Zooming in on coarse plant functional types—simulated response of savanna vegetation composition in response to aridity and grazing

Zooming in on coarse plant functional types—simulated response of savanna vegetation... Precipitation and land use in terms of livestock grazing have been identified as two of the most important drivers structuring the vegetation composition of semi-arid and arid savannas. Savanna research on the impact of these drivers has widely applied the so-called plant functional type (PFT) approach, grouping the vegetation into two or three broad types (here called meta-PFTs): woody plants and grasses, which are sometimes divided into perennial and annual grasses. However, little is known about the response of functional traits within these coarse types towards water availability or livestock grazing. In this study, we extended an existing eco-hydrological savanna vegetation model to capture trait diversity within the three broad meta-PFTs to assess the effects of both grazing and mean annual precipitation (MAP) on trait composition along a gradient of both drivers. Our results show a complex pattern of trait responses to grazing and aridity. The response differs for the three meta-PFTs. From our findings, we derive that trait responses to grazing and aridity for perennial grasses are similar, as suggested by the convergence model for grazing and aridity. However, we also see that this only holds for simulations below a MAP of 500 mm. This combined with the finding that trait response differs between the three meta-PFTs leads to the conclusion that there is no single, universal trait or set of traits determining the response to grazing and aridity. We finally discuss how simulation models including trait variability within meta-PFTs are necessary to understand ecosystem responses to environmental drivers, both locally and globally and how this perspective will help to extend conceptual frameworks of other ecosystems to savanna research. http://www.deepdyve.com/assets/images/DeepDyve-Logo-lg.png Theoretical Ecology Springer Journals

Zooming in on coarse plant functional types—simulated response of savanna vegetation composition in response to aridity and grazing

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Publisher
Springer Netherlands
Copyright
Copyright © 2017 by Springer Science+Business Media B.V., part of Springer Nature
Subject
Life Sciences; Theoretical Ecology/Statistics; Plant Sciences; Zoology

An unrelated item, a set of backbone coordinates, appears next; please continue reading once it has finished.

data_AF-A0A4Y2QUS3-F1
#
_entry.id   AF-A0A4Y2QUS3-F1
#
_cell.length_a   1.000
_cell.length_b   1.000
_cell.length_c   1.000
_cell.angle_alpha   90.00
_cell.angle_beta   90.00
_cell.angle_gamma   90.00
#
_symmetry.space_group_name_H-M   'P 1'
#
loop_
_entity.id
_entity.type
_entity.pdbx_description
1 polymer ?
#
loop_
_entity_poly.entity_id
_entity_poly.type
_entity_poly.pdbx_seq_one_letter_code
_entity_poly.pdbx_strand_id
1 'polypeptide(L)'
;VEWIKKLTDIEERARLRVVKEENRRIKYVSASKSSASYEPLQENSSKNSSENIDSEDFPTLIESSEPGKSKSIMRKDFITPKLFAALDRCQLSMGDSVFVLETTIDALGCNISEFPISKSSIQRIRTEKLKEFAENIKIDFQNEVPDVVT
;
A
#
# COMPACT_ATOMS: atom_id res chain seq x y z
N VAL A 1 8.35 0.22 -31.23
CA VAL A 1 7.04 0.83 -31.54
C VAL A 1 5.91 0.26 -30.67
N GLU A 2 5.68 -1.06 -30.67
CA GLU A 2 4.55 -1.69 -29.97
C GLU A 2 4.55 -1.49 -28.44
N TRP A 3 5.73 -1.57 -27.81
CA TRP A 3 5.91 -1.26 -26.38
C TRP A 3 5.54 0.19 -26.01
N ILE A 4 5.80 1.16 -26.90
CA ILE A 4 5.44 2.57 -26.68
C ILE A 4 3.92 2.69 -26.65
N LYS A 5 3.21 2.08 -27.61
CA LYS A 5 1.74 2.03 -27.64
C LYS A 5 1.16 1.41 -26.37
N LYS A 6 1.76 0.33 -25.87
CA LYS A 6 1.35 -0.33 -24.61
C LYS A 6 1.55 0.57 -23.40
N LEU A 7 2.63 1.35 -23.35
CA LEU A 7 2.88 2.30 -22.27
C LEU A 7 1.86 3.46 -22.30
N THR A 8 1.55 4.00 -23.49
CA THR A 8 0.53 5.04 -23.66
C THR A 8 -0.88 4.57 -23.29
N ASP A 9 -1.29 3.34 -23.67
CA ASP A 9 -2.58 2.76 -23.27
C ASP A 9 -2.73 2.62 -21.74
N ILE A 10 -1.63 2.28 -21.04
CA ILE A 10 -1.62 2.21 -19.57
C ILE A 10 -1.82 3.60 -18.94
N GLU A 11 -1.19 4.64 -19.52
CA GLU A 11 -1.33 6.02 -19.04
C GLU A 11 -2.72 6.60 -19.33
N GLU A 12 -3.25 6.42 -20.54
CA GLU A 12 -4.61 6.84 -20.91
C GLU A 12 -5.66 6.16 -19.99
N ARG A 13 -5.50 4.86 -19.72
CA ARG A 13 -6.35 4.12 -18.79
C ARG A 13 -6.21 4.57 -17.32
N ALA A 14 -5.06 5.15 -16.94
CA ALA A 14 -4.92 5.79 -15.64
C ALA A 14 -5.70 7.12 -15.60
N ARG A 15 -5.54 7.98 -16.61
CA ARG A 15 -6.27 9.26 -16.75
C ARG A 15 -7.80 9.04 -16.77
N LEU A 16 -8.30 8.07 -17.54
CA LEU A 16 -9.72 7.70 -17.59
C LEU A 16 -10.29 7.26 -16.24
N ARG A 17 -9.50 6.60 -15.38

ISSN
1874-1738
eISSN
1874-1746
D.O.I.
10.1007/s12080-017-0356-x
Publisher site
See Article on Publisher Site

Abstract

Precipitation and land use in terms of livestock grazing have been identified as two of the most important drivers structuring the vegetation composition of semi-arid and arid savannas. Savanna research on the impact of these drivers has widely applied the so-called plant functional type (PFT) approach, grouping the vegetation into two or three broad types (here called meta-PFTs): woody plants and grasses, which are sometimes divided into perennial and annual grasses. However, little is known about the response of functional traits within these coarse types towards water availability or livestock grazing. In this study, we extended an existing eco-hydrological savanna vegetation model to capture trait diversity within the three broad meta-PFTs to assess the effects of both grazing and mean annual precipitation (MAP) on trait composition along a gradient of both drivers. Our results show a complex pattern of trait responses to grazing and aridity. The response differs for the three meta-PFTs. From our findings, we derive that trait responses to grazing and aridity for perennial grasses are similar, as suggested by the convergence model for grazing and aridity. However, we also see that this only holds for simulations below a MAP of 500 mm. This combined with the finding that trait response differs between the three meta-PFTs leads to the conclusion that there is no single, universal trait or set of traits determining the response to grazing and aridity. We finally discuss how simulation models including trait variability within meta-PFTs are necessary to understand ecosystem responses to environmental drivers, both locally and globally and how this perspective will help to extend conceptual frameworks of other ecosystems to savanna research.

Journal

Theoretical EcologySpringer Journals

Published: Nov 30, 2017

References

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